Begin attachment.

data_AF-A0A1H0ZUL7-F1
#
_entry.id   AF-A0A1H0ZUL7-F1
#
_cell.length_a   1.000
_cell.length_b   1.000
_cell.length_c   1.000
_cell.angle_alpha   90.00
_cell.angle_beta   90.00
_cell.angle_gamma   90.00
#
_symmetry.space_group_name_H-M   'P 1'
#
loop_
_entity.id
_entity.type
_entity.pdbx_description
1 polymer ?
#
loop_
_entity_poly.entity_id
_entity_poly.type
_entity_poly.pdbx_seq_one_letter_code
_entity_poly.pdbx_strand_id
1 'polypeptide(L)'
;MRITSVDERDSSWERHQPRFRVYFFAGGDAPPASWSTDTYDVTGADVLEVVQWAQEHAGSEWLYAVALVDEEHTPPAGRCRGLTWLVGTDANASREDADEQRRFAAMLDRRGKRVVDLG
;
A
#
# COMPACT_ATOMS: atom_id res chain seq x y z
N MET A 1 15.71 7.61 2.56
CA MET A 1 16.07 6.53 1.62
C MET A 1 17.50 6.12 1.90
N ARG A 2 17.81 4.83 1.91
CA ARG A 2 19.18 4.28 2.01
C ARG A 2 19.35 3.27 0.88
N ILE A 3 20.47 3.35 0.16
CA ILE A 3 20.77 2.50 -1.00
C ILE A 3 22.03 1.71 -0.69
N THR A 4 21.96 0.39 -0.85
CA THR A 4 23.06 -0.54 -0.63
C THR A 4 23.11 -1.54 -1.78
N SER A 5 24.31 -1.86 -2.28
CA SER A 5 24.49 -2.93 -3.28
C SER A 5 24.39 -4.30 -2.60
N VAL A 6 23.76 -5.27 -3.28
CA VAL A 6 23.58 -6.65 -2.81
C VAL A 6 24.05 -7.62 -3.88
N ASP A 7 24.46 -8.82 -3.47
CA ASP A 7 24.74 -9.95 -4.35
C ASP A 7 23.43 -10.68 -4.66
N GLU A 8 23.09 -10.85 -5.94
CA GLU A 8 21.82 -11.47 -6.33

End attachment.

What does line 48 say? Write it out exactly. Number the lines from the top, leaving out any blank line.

C VAL A 6 24.05 -7.62 -3.88